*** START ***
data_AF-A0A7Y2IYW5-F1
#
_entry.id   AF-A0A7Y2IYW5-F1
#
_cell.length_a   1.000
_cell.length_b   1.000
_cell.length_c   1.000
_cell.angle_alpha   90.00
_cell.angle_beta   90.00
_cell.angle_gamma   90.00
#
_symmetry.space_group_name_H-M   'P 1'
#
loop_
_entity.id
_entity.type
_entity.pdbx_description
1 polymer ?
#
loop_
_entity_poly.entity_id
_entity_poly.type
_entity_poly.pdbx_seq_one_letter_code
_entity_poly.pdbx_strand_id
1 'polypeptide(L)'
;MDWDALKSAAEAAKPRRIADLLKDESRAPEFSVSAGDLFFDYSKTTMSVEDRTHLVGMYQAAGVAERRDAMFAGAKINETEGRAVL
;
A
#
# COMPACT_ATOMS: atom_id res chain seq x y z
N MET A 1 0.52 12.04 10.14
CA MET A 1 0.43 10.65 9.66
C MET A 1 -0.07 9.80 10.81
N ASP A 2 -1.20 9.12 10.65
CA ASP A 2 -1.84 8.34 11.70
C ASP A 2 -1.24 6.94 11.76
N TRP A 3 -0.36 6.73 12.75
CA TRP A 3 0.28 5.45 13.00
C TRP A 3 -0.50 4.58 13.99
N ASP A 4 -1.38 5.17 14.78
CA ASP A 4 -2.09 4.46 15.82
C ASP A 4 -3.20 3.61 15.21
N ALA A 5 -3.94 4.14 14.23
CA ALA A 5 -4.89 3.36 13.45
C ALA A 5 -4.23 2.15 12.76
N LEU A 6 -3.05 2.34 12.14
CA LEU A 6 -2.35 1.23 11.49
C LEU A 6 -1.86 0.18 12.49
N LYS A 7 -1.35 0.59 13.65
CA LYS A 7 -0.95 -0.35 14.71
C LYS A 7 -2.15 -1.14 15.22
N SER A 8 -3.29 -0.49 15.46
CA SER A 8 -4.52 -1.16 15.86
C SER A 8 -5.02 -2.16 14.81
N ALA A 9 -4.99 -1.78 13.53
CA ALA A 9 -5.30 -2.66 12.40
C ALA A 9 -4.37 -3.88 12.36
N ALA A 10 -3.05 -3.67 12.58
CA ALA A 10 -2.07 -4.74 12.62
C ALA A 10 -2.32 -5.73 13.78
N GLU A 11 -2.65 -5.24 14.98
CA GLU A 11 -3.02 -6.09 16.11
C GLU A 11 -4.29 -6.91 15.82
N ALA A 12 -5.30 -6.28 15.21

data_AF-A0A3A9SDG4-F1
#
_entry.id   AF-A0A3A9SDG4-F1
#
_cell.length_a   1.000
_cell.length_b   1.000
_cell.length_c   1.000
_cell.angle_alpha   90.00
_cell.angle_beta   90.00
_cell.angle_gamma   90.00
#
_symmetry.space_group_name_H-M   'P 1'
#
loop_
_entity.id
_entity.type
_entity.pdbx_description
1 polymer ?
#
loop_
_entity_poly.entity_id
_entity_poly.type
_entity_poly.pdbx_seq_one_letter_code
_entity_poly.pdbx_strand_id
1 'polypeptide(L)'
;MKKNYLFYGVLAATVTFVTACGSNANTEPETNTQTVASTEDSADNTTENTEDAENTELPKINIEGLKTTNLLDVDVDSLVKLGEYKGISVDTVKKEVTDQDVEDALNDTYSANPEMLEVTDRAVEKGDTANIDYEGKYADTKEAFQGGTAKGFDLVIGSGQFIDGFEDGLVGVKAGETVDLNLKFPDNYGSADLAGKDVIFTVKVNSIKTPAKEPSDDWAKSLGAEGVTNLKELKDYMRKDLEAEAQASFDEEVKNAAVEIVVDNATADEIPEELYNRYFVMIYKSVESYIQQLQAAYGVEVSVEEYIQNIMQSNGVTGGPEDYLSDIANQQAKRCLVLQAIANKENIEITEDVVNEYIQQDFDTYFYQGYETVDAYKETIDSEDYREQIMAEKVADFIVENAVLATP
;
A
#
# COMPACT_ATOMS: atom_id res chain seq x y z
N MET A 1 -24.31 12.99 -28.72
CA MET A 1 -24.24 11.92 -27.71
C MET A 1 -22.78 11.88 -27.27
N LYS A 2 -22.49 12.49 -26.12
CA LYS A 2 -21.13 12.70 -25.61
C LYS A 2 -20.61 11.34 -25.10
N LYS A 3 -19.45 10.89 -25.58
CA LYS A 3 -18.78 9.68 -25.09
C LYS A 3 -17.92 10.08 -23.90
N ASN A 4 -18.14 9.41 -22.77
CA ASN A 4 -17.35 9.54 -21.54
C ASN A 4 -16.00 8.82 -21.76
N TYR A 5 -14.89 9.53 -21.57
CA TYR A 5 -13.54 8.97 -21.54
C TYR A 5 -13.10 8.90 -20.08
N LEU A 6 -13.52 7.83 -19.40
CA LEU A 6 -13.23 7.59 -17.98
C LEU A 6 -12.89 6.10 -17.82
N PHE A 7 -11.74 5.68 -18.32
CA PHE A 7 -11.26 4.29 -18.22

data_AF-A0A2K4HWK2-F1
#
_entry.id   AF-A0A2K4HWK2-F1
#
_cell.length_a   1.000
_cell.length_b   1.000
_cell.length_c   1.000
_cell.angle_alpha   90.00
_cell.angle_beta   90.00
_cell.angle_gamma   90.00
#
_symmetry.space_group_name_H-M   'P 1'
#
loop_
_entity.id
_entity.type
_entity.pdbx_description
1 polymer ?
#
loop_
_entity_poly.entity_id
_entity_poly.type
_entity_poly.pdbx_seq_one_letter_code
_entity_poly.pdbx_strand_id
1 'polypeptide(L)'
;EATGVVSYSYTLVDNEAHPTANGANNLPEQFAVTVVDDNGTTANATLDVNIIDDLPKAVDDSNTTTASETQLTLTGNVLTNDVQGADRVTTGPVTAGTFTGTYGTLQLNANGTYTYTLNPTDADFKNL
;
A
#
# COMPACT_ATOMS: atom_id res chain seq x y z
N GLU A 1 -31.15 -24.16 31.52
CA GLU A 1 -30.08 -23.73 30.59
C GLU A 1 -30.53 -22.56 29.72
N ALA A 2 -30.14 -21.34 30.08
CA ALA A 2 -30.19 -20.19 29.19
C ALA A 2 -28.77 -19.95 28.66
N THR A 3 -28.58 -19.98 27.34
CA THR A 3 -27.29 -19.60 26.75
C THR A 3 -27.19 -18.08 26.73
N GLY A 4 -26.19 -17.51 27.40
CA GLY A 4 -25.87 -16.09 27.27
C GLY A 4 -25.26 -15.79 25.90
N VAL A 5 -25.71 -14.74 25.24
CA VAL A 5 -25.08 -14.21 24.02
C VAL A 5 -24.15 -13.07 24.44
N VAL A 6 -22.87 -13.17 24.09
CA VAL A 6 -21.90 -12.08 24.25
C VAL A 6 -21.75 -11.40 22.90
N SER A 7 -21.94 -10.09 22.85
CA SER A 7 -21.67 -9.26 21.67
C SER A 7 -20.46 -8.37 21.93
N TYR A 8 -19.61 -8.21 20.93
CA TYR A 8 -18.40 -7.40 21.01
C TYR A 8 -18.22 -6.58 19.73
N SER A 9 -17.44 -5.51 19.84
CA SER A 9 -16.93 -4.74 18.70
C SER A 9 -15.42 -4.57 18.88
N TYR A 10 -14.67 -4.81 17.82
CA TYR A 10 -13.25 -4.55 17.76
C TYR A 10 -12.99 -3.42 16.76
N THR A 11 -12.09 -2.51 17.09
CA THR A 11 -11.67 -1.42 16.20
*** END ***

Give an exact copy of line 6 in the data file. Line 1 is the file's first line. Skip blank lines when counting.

_cell.length_b   1.000